The Department of Health and Human Services wants to delay the implementation of a final rule that would require community health centers to fully pass on 340B savings for insulin to patients.
The Biden administration filed a proposed delay until July of the effective date of the rule on March 10 in the Federal Register. The delay is part of a freeze implemented by the White House to review and approve last-minute regulations finalized by the Trump administration.
HHS initially sought to delay the implementation date of the rule, originally expected to take effect on Jan. 22, until March 22. Now it wants another delay until July 20 to give the agency “additional opportunity for review and consideration of the new rule,” the filing said.
The agency was concerned about an uproar from stakeholders over the “rule’s administrative requirements, costs of new processes and procedures that would be necessary under the rule, the impact of the establishment of a new income eligibility threshold for health center operations, and overall impact on care delivery and service levels for health center patients,” the regulatory filing said.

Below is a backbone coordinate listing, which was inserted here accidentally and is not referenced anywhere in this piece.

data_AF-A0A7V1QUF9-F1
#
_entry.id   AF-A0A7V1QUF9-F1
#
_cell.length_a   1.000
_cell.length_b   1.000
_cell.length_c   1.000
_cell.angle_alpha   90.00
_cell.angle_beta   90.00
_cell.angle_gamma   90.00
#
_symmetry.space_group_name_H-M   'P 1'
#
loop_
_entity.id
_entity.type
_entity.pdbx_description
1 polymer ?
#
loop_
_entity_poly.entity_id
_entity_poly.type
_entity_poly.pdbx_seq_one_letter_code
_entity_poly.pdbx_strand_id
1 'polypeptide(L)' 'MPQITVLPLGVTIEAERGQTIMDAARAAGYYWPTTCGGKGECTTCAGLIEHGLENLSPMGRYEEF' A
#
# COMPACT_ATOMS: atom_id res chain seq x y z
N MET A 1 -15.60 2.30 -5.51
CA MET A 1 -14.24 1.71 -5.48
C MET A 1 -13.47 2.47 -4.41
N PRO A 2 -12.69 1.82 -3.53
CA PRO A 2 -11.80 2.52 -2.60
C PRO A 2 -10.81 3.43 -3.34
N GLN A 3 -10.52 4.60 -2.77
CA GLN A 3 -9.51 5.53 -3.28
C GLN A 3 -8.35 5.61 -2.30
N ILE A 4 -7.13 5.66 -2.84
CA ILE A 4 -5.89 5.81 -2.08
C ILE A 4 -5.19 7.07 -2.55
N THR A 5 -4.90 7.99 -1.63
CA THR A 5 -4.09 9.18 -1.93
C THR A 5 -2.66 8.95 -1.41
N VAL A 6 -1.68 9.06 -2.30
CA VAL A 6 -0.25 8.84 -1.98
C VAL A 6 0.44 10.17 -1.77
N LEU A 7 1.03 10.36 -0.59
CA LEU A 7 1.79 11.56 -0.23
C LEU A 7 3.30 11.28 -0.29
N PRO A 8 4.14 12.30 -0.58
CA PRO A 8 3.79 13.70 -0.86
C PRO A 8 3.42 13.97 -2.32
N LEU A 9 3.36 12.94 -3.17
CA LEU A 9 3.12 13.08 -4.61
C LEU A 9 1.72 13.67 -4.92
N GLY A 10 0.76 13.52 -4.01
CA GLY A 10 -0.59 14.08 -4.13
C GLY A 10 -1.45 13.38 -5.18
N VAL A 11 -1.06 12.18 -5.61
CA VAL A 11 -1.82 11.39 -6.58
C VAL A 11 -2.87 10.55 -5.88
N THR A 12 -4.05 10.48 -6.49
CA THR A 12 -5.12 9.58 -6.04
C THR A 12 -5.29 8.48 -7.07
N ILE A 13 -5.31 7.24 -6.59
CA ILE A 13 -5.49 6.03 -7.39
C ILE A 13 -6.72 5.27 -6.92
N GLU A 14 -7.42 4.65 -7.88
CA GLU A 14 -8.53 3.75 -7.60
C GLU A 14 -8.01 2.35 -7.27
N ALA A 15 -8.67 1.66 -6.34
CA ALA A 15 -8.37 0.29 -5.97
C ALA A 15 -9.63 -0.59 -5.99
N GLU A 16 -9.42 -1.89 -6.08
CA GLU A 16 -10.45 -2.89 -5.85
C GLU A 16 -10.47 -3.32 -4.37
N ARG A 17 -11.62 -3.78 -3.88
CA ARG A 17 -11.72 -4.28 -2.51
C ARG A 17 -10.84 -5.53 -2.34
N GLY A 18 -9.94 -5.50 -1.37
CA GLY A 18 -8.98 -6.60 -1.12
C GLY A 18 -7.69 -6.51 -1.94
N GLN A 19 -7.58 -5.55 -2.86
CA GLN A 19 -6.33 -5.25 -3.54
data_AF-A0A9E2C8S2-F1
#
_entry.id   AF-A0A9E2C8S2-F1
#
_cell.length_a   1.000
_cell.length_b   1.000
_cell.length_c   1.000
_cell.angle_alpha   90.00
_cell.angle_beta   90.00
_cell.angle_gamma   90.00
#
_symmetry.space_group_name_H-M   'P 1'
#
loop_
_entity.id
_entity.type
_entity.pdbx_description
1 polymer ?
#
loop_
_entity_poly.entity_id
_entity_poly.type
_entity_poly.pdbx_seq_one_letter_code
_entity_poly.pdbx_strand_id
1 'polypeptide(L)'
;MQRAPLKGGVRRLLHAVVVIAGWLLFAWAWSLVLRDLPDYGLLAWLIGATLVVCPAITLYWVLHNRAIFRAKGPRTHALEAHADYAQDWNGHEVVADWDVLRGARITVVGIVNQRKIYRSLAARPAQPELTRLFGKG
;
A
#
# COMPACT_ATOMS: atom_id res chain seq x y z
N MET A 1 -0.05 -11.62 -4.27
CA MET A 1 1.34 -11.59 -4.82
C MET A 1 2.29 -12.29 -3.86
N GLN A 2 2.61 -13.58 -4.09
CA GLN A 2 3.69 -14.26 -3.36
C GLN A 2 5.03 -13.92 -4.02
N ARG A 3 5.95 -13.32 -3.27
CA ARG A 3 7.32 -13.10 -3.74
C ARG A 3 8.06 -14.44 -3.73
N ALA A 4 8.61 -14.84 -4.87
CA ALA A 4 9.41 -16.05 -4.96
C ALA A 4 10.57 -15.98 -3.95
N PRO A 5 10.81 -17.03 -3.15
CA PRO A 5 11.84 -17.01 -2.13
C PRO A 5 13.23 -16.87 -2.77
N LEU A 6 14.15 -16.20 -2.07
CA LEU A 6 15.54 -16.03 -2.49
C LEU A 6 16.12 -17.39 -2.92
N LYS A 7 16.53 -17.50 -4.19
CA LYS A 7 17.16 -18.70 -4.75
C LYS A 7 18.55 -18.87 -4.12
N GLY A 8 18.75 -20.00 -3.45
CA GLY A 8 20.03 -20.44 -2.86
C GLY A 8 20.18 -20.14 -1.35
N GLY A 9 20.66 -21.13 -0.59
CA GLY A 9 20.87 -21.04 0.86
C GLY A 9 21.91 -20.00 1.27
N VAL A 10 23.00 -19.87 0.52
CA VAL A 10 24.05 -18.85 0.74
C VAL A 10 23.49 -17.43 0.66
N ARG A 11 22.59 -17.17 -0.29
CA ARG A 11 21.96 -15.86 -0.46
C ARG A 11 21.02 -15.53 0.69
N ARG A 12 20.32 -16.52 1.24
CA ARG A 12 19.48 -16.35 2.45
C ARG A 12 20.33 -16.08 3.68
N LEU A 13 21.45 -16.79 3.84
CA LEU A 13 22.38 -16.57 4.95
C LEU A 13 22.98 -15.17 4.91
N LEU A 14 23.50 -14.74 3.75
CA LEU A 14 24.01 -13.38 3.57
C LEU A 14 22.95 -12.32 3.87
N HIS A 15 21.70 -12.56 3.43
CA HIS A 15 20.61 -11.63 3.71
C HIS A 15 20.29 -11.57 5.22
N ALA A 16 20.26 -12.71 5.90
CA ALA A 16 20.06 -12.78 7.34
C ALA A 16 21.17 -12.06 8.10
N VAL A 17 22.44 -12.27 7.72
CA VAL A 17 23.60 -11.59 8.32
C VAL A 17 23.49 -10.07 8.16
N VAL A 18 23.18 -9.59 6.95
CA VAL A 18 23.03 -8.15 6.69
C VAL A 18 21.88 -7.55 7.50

HHS was also concerned about comments that the rule could reduce 340B savings for health centers.
The final rule also changed how it considers a low-income individual as at or below 350% of the federal poverty level. However, centers already use a different income threshold of 200% of the poverty level to apply federal requirements for sliding fee discount schedules.
HHS wants another round of comments by March 14.
The additional delay comes amid an escalating feud between 340 B-covered entities and drug companies over access to discounted products.
340B requires drug makers to offer discounts to safety-net providers such as certain hospitals and community health centers in exchange for participation in Medicare and Medicaid.
However, last year several major drug companies restricted access of 340B products to contract pharmacies, which are third-party entities that dispense 340B products on behalf of the covered entity.
HHS did finalize a rule that sets up an administrative dispute resolution process to settle feuds over contract pharmacies and other issues. However, a collection of hospital groups sued HHS to compel the agency to force drugmakers to immediately discontinue the actions, but a federal judge dismissed the suit last month.
This is the latest healthcare rule to be delayed as part of the government-wide regulatory freeze.
In late January, HHS delayed implementation of a final rule until Jan. 1, 2023, that replaces the safe harbor for Medicare Part D drug rebates from the federal anti-kickback statute. The controversial rule creates a new safe harbor for discounts offered at the point-of-sale.